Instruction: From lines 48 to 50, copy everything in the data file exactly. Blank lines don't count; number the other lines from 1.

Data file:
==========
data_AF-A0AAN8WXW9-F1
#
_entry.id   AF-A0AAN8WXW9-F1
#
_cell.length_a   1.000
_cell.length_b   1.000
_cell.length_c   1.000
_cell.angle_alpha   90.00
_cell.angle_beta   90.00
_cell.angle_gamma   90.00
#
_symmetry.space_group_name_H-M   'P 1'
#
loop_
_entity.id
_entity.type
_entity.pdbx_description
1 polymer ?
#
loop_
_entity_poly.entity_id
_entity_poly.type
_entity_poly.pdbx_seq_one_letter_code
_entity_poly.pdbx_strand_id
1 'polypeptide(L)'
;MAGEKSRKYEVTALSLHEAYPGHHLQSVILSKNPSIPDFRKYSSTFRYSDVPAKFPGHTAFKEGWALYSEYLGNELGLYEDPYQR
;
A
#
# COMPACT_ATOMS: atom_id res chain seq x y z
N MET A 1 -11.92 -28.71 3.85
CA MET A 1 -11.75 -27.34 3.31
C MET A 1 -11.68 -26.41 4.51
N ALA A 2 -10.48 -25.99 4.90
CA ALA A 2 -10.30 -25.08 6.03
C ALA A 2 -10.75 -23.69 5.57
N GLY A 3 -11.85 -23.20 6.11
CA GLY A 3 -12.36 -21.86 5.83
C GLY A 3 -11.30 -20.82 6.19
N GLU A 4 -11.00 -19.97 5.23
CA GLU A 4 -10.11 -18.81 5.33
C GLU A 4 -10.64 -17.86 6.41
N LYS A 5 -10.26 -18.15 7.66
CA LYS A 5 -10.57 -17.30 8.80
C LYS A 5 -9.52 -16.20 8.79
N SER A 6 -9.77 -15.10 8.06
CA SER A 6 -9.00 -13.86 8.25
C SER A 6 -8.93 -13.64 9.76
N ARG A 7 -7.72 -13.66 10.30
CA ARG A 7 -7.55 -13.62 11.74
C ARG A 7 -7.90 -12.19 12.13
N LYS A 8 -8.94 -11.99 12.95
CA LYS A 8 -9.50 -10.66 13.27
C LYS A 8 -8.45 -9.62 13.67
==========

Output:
C SER A 6 -8.93 -13.64 9.76
N ARG A 7 -7.72 -13.66 10.30
CA ARG A 7 -7.55 -13.62 11.74